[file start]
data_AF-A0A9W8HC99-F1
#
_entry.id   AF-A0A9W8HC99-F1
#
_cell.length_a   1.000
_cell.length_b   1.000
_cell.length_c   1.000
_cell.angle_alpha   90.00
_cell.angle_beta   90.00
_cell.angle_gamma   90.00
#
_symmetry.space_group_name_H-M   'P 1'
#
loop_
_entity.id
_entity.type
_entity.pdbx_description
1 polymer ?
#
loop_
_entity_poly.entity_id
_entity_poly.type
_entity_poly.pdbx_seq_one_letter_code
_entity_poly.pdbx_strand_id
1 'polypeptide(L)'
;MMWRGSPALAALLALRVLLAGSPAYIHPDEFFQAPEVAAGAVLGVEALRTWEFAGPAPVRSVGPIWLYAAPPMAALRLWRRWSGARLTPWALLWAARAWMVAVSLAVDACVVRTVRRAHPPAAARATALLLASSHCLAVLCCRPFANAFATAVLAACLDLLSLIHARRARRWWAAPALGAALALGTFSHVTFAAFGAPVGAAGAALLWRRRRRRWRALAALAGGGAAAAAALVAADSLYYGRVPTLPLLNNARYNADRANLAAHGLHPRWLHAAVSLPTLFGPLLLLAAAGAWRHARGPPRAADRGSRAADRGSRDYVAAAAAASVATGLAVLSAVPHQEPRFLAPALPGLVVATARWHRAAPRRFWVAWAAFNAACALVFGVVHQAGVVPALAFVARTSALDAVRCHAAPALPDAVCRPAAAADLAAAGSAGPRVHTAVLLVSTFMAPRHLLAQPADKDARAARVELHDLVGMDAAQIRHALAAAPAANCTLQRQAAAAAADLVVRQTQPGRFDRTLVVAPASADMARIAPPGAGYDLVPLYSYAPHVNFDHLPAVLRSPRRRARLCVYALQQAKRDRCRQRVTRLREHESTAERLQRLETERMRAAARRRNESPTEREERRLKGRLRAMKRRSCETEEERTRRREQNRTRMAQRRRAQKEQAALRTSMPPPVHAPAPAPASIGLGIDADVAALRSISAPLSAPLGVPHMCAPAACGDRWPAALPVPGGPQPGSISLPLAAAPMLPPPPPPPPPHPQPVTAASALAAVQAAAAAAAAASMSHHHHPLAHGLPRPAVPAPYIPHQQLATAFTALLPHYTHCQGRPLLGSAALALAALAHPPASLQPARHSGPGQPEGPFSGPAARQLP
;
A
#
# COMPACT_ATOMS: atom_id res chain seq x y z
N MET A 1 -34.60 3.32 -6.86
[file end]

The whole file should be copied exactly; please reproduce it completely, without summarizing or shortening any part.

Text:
data_AF-A0A9W8HC99-F1
#
_entry.id   AF-A0A9W8HC99-F1
#
_cell.length_a   1.000
_cell.length_b   1.000
_cell.length_c   1.000
_cell.angle_alpha   90.00
_cell.angle_beta   90.00
_cell.angle_gamma   90.00
#
_symmetry.space_group_name_H-M   'P 1'
#
loop_
_entity.id
_entity.type
_entity.pdbx_description
1 polymer ?
#
loop_
_entity_poly.entity_id
_entity_poly.type
_entity_poly.pdbx_seq_one_letter_code
_entity_poly.pdbx_strand_id
1 'polypeptide(L)'
;MMWRGSPALAALLALRVLLAGSPAYIHPDEFFQAPEVAAGAVLGVEALRTWEFAGPAPVRSVGPIWLYAAPPMAALRLWRRWSGARLTPWALLWAARAWMVAVSLAVDACVVRTVRRAHPPAAARATALLLASSHCLAVLCCRPFANAFATAVLAACLDLLSLIHARRARRWWAAPALGAALALGTFSHVTFAAFGAPVGAAGAALLWRRRRRRWRALAALAGGGAAAAAALVAADSLYYGRVPTLPLLNNARYNADRANLAAHGLHPRWLHAAVSLPTLFGPLLLLAAAGAWRHARGPPRAADRGSRAADRGSRDYVAAAAAASVATGLAVLSAVPHQEPRFLAPALPGLVVATARWHRAAPRRFWVAWAAFNAACALVFGVVHQAGVVPALAFVARTSALDAVRCHAAPALPDAVCRPAAAADLAAAGSAGPRVHTAVLLVSTFMAPRHLLAQPADKDARAARVELHDLVGMDAAQIRHALAAAPAANCTLQRQAAAAAADLVVRQTQPGRFDRTLVVAPASADMARIAPPGAGYDLVPLYSYAPHVNFDHLPAVLRSPRRRARLCVYALQQAKRDRCRQRVTRLREHESTAERLQRLETERMRAAARRRNESPTEREERRLKGRLRAMKRRSCETEEERTRRREQNRTRMAQRRRAQKEQAALRTSMPPPVHAPAPAPASIGLGIDADVAALRSISAPLSAPLGVPHMCAPAACGDRWPAALPVPGGPQPGSISLPLAAAPMLPPPPPPPPPHPQPVTAASALAAVQAAAAAAAAASMSHHHHPLAHGLPRPAVPAPYIPHQQLATAFTALLPHYTHCQGRPLLGSAALALAALAHPPASLQPARHSGPGQPEGPFSGPAARQLP
;
A
#
# COMPACT_ATOMS: atom_id res chain seq x y z
N MET A 1 -34.60 3.32 -6.86